Along the edge of the knife was the blood of his enemy. Liddell was warmed by a newfound sense of pride. He ripped the sleeve off of the boy’s shirt. Cloth in hand, he wiped the blood off of the knife. He enjoyed the majestic imagery of the knife coming clean by way of cloth and rain.
He looked towards the sky. In the near distance, sunlight broke through the dark cloud cover. He smiled. Liddell took one last glance at the boy before placing the knife in his jacket pocket. He sighed and then headed for home.
While Liddell wanted to be feared, there was always someone that made him timid. He feared not making it home in time before his father. Right after he tucked his father’s collector’s knife into his pocket, he sprinted off in the direction of his miserable home. Please, let him be at work. I can’t do this again. However, he knew his thoughts would never do him much good.
There was an off-chance that Liddell’s mother, Linda, would already be at home, but that didn’t really matter. She was the most absentminded woman he had ever known during his young life. She would be oblivious to whatever Liddell would do. Sometimes he wished Linda would pay more attention to him. Maybe, he would have never lost his mind if not for her lack of care. It was doubtful.
Hope she’s not home when he is, he thought. Not again, at least.
He lifted up his jacket sleeve and glanced down at his watch. Daddy dearest always followed a similar routine after work. He estimated Richard would be home in twenty minutes.
Liddell had a half-hour walk.
The comment simply informed me another website mentioned the post in an effort to define transgressive fiction as a genre. My first thought, which probably stemmed from that underlying vanity, was "That's kind of cool," but by the time I finished reading the blog post, I wasn't too sure.
The way the author defined transgressive fiction wasn't 100% inaccurate, but it focused heavily on ideas such as "pedophilia, incest, sadomasochism which leads to death," and never once touched on the subjects of "self-identity, inner-peace, or personal freedom."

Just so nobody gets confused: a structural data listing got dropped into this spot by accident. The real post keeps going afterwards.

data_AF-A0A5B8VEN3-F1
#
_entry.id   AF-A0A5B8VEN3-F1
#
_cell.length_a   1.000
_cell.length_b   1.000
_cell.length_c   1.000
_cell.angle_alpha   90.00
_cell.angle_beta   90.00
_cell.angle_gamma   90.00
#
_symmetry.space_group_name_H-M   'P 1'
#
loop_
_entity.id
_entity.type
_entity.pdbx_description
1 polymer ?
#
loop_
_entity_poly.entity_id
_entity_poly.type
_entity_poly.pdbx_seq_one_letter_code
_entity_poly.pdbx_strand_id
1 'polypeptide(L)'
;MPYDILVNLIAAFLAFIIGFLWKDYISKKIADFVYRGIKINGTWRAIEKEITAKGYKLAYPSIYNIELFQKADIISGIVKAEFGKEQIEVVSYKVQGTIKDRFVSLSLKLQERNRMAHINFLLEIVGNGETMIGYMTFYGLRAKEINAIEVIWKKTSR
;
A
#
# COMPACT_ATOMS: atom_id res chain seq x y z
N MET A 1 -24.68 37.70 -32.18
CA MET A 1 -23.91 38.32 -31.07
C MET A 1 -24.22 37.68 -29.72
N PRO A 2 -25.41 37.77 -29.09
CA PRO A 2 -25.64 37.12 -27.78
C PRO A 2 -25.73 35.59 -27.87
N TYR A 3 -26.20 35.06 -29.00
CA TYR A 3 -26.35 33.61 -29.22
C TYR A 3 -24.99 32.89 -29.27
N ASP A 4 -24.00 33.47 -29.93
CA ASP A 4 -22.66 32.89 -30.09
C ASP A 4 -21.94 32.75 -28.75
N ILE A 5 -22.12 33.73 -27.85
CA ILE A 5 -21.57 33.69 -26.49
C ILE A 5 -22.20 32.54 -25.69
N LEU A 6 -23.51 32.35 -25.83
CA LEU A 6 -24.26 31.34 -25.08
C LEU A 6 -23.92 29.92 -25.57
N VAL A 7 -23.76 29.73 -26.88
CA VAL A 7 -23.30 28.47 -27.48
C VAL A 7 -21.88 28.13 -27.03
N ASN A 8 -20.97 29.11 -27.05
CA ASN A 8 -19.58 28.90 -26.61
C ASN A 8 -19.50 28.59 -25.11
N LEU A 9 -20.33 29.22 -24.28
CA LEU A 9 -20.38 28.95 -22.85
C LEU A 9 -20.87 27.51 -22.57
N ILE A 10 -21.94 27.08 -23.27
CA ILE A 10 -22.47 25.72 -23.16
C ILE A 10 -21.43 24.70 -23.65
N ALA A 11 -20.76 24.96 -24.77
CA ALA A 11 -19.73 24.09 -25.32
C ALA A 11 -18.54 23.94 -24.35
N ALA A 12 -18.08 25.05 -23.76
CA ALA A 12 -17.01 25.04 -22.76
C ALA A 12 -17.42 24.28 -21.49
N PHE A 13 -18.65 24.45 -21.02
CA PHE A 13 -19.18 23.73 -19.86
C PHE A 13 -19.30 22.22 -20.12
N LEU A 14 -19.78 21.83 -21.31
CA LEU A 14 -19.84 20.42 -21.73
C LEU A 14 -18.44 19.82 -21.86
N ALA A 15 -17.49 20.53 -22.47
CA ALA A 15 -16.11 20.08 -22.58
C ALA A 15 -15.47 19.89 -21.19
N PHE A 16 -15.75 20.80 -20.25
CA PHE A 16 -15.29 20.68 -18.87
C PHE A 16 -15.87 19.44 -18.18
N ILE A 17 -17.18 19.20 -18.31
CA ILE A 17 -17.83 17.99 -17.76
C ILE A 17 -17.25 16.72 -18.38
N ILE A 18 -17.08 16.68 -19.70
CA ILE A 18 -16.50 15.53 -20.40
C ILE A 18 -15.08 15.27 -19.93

MORE TO READ & MORE WAYS TO READ IT.
"And the zombies starved"
A zombie craze that sweeps over the nation, and one man can't stand it anymore.
Back then, the police were overzealous and overabundant, and they didn’t care how or why your wife was unconscious in your bedroom. If you’d hurt her, the police would hurt you. So I ran.
STILL TO COME:
- The shop is in the works. Right now, only the signed edition of No-Injury Policy is available until I can come up with a more user-friendly system for this style of website.
- I'm in the works with a new emailing system. So for those of you who have subscribed to the website, you should see one of the first emails before long (no frets, I don't send many). In that email should be a code to unlock more content on the site. Or something like that. Like I said, it's in the works.
- Updates will be added below to this post.
Thanks for reading!
When Life Gives You Lemons, Write a Book or a Song, or Film a Movie or Something!
Creative types have not only battled with stalemates such as writer's block, they have also often gone to war with the likes of depression and anxiety--Hunter S. Thompson and Pyotr Ilyich Tchaikovsky to name a couple.
While on paper this sounds like a terrible thing, often a good wallop or depression--or even boredom--can be all the creative mind needs. Read 8 ways to make the most of your blues & creativity.
The Winter Blues
This blog entry is not about the differences between Seasonal Affective, various Anxiety, and Depressive Disorders. However, to briefly recap I think the following depression/anxiety meme does a nice job. And while SAD is generally a type of depression, many people who experience anxiety and depressive episodes know there are certain times of the year when things get worse. For some us, it's particularly winter like those who would fall into the SAD group (a ridiculous acronym I might add).
If you're still reading at this point (first, thank you) then you can probably relate to some of the words on your screen. Don't worry, this isn't a sappy article about depression; instead, it's 6 ideas I've put together to help get through the hellish months of winter.